I leave it to hard-core readers to fill in details about exactly when this logic can be made rigorous; I have in mind continuous additive set measures over a compact set, and by 'maximum' I mean 'supremum'. However, I regard this result as 'morally true' (a phrase I adopted from Prof. Thomas Hunter at Swarthmore), that is, true with 'reasonable' assumptions and relatively robust to changes in the model.

What's more, the converse is also true: given any such function f(x) (nonnegative-to-nonnegative, convex down on its bounded support), I can make you a food item such that f(x) represents the set of optimal trade-offs between protein and Omega-3's.
($19.95 shipping and handling. Warning: product may taste like a soggy brick.)

So there you have it: a variational characterization of convexity, a 'recipe' if you will, with additive measures and optimization as the basic ingredients. Since many results in theoretical economics assume convexity of various types, recipes like this one (which is not new, but amounts to folklore as far as I can tell) are an important part of the 'pre-theory' of the discipline, motivating and making plausible such assumptions. Challenges to the use of these assumptions, then, should critically engage the pre-theory, for instance, by identifying cases, in both production and consumption of goods, where interaction between inputs makes additivity unrealistic. In the case at hand, of course, we know that the two friends are both wrong--nutritional 'value' is not an additive function of food consumed, as e.g. fats and protein are both necessary. (It's not even clear that nutrition should be considered a real-valued function, since there are multiple health/fitness goals one might be interested in.)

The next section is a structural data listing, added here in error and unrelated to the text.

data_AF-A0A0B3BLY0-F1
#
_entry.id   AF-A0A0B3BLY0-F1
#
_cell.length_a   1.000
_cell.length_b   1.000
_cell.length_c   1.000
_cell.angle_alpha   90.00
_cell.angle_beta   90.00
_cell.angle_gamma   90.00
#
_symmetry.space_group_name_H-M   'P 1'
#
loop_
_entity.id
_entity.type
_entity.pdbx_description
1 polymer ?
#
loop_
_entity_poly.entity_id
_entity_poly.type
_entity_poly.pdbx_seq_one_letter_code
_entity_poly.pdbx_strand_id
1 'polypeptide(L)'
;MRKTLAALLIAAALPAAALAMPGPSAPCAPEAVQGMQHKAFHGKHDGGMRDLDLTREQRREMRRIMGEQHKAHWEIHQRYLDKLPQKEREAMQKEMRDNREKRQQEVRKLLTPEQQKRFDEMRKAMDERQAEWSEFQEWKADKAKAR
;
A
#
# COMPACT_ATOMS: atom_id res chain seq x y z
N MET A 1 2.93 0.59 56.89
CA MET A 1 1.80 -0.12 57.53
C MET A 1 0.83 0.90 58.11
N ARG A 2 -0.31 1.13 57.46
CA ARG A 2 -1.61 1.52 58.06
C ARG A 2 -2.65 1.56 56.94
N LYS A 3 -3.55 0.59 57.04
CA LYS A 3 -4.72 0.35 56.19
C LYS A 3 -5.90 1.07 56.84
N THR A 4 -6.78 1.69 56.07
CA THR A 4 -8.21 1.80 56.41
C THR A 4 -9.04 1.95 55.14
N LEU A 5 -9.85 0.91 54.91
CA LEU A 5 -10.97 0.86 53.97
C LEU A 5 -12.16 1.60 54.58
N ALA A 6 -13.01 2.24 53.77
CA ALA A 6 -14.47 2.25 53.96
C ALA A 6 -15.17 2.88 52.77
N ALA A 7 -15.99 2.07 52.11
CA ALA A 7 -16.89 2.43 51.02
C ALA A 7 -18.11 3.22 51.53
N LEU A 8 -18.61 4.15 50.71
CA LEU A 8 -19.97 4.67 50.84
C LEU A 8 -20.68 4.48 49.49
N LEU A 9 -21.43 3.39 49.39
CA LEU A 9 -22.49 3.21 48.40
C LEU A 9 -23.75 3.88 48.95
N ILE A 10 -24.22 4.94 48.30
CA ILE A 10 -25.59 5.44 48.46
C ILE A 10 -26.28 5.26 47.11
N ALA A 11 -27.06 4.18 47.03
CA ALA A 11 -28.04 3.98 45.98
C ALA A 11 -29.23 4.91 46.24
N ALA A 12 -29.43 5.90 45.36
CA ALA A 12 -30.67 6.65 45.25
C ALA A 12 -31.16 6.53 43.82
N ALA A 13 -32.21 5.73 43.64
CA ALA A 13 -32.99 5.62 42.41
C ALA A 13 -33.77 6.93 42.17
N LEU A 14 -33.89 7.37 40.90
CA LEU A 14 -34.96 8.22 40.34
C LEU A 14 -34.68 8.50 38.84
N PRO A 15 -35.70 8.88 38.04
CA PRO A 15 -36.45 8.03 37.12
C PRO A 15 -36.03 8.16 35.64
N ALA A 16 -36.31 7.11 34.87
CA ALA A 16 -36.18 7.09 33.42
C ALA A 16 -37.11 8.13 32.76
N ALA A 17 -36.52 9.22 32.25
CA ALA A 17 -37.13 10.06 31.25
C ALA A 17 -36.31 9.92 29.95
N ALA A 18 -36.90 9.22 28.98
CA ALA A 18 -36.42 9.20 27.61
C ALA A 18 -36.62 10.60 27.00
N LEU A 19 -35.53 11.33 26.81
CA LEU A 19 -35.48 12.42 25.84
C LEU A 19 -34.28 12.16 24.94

I'll end with a question to the readers: I am interested in the origin stories of probability distributions, and have from time to time skimmed over the literature regarding the trendiest distributions of them all, the power laws. I know there are a multitude of settings that give rise to them. So which ones should I study, and from which references?
I have no single criterion in mind, but am receptive to any of the following: rigor, interest, plausibility, generality, simplicity. I am also interested in critical analyses of the apparent power-law 'gold rush' in complexity studies. Thanks!

Labels: ,


  • Michael Mitzenmacher's papers are a good reference for "origin myths" for power laws from a mathematical perspective.

    See the second paragraph of this section

    By Blogger Suresh Venkatasubramanian, at 12:33 AM  

  • Thanks, Suresh!

    I've seen these passing-unrigorously-to-a-differential-equation
    arguments before, and have been curious whether there's a general theorem about justifying many of these. Guess I'll have to to look at the refs Mitzenmacher cites.

    By Blogger Andy D, at 6:14 PM  

  • I don't know about the context of power laws, but Mitzenmacher's thesis has a nice rigorous-passing-to-differential-equation argument. He uses it to analyze the power of two choices in the balls and bins model, but part of the exposition is the statement and proof of a general theorem. Recommended if you like seeing interplay between continuous and discrete math. :)
    He also has some interesting references to papers that introduced the rigorous method.

    By Anonymous Anonymous, at 2:46 AM  

Post a Comment

<< Home